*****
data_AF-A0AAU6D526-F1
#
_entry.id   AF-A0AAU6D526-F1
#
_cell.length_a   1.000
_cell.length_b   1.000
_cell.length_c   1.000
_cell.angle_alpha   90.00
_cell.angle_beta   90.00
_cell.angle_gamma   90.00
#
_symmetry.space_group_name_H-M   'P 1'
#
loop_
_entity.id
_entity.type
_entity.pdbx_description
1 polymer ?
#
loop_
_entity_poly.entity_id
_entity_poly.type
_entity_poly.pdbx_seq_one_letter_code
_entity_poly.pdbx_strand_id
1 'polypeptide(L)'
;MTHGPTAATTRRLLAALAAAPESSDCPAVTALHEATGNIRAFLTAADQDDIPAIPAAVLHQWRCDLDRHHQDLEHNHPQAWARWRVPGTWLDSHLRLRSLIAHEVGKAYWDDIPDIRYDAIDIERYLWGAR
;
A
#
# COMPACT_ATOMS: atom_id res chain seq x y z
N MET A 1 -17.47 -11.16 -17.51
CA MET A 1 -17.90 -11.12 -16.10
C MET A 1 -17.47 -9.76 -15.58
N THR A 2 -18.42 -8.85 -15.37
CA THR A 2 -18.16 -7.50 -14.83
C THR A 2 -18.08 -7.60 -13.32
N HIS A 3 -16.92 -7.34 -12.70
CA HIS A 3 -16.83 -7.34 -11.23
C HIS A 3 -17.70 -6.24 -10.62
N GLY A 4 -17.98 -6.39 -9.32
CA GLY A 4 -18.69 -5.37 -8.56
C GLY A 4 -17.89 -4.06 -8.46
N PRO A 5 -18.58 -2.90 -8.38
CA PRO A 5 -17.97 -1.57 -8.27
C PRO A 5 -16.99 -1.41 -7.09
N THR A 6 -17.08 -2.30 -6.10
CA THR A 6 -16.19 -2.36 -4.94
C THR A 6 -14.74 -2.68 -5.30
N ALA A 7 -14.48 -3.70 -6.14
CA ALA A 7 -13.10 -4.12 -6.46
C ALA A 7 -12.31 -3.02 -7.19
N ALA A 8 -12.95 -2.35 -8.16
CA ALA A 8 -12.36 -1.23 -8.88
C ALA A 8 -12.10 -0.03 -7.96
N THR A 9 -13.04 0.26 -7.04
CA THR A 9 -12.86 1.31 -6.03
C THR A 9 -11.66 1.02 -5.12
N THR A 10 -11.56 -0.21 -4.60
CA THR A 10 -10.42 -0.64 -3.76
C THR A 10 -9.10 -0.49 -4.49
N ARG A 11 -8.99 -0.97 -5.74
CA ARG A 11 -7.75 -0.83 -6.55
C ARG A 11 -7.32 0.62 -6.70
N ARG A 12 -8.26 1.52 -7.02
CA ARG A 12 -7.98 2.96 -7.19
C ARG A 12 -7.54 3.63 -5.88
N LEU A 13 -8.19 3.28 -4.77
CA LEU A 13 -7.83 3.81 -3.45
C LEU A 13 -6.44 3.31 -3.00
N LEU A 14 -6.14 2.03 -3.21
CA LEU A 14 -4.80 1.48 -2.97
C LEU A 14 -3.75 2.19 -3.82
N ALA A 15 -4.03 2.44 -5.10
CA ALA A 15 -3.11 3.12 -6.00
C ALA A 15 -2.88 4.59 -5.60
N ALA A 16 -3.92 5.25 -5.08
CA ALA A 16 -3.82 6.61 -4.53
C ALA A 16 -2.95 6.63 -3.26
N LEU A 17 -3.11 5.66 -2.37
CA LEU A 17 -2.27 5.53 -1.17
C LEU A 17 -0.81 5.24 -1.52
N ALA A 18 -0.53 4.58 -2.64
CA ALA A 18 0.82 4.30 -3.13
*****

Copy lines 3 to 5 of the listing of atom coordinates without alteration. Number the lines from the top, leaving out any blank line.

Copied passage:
_entry.id   AF-A0AAU6D526-F1
#
_cell.length_a   1.000